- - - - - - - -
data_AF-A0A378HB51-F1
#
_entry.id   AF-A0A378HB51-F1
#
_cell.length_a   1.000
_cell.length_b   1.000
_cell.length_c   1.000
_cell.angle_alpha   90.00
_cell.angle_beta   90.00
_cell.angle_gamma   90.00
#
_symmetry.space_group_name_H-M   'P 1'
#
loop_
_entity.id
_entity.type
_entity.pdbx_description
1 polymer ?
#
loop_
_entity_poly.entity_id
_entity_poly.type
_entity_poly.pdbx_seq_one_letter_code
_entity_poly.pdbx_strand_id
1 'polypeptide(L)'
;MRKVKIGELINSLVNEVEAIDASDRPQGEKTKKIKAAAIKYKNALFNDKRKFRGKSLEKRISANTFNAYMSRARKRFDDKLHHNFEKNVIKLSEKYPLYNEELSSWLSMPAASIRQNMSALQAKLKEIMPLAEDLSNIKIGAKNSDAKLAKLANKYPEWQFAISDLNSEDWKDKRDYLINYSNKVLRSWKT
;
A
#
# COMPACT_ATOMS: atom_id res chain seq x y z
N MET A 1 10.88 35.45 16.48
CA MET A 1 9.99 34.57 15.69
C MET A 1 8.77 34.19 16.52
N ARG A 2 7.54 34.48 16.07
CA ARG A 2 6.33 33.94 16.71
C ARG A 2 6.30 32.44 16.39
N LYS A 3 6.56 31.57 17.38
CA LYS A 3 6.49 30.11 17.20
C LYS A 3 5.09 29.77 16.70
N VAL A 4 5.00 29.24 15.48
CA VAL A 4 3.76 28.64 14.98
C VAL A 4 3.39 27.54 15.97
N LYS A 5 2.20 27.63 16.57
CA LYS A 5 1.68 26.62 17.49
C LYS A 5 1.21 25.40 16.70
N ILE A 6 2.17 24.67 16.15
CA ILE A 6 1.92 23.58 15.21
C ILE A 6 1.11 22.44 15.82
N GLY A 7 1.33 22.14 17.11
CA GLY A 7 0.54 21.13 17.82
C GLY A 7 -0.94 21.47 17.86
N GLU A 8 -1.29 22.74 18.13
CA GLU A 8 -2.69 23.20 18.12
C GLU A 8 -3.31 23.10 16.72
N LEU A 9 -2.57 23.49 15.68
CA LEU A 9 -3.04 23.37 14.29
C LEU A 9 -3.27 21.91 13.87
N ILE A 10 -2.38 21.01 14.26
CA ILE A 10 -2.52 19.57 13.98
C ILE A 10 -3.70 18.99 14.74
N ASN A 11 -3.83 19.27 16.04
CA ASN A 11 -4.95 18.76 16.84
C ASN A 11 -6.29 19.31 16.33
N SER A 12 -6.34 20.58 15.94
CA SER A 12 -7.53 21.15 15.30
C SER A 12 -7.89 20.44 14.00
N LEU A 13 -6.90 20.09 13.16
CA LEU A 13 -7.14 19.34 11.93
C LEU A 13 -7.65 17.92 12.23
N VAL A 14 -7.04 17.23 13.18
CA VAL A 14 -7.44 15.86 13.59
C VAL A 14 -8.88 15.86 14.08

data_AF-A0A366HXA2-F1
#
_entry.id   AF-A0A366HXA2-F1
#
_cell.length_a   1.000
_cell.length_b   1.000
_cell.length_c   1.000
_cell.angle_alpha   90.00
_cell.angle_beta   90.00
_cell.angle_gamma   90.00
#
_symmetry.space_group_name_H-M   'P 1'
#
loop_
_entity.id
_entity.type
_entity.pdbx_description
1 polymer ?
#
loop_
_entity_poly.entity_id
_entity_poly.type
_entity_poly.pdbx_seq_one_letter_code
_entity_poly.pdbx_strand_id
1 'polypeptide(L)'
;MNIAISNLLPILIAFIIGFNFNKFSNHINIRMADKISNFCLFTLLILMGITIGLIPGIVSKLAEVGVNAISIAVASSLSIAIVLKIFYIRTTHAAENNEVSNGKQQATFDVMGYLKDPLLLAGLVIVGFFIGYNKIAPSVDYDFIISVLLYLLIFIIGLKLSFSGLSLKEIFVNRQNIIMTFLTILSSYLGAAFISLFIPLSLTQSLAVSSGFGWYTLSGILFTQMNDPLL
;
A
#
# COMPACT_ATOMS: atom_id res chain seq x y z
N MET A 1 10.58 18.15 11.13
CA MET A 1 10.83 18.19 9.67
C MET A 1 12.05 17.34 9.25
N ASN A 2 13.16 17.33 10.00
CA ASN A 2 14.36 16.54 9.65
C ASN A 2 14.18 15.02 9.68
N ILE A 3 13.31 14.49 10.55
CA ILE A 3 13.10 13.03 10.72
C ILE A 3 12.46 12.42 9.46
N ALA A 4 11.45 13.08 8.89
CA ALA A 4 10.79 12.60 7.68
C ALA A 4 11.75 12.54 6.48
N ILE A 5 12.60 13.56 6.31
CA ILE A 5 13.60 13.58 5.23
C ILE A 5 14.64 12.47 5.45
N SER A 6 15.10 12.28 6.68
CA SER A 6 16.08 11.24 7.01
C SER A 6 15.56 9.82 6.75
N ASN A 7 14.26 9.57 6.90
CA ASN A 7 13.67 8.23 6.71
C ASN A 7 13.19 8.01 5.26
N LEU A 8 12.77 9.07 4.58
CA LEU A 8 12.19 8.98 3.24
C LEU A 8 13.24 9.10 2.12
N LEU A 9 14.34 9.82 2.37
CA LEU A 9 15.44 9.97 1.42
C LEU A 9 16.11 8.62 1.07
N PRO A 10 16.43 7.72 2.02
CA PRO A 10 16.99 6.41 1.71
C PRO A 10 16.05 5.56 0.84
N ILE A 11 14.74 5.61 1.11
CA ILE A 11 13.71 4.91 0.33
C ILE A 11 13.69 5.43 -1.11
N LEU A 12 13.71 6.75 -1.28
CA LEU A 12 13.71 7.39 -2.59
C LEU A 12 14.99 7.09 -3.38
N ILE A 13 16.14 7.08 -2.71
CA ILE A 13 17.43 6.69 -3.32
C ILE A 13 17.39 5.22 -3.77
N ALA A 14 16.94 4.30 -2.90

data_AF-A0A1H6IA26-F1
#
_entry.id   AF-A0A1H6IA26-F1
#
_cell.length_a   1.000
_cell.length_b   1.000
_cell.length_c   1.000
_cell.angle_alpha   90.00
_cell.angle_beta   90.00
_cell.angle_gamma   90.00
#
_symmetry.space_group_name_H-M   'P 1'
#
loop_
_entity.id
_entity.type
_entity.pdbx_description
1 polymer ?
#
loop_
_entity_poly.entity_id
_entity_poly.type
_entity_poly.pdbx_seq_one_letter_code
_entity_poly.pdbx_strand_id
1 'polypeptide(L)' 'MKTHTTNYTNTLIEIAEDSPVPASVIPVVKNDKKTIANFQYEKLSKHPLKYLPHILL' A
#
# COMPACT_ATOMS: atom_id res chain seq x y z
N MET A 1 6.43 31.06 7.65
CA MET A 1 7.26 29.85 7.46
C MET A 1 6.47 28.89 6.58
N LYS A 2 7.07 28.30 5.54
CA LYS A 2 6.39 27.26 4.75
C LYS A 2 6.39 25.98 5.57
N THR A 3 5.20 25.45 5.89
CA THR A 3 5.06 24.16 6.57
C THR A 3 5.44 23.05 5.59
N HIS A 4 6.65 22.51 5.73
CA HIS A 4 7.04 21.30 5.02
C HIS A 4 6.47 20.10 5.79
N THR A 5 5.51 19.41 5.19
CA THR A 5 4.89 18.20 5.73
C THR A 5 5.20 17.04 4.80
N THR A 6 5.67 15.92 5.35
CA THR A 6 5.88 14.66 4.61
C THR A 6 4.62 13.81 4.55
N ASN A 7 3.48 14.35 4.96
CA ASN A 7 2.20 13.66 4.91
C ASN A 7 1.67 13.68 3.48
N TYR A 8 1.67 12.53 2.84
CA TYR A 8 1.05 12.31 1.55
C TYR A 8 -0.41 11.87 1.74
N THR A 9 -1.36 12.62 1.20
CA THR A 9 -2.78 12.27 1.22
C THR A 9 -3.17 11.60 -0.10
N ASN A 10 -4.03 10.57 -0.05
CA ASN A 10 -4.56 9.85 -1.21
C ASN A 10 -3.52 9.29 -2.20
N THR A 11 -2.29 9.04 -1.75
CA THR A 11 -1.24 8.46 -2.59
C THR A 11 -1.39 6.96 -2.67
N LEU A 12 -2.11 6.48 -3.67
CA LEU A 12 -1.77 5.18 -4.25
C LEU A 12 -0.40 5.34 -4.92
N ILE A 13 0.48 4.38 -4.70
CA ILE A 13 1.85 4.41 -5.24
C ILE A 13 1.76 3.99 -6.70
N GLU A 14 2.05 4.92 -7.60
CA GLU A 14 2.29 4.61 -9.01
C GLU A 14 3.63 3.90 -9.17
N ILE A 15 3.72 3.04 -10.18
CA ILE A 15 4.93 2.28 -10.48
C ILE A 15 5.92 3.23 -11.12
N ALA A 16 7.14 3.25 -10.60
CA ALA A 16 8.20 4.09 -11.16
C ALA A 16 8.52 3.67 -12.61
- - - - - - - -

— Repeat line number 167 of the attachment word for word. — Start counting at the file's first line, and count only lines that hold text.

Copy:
1 'polypeptide(L)' 'MKTHTTNYTNTLIEIAEDSPVPASVIPVVKNDKKTIANFQYEKLSKHPLKYLPHILL' A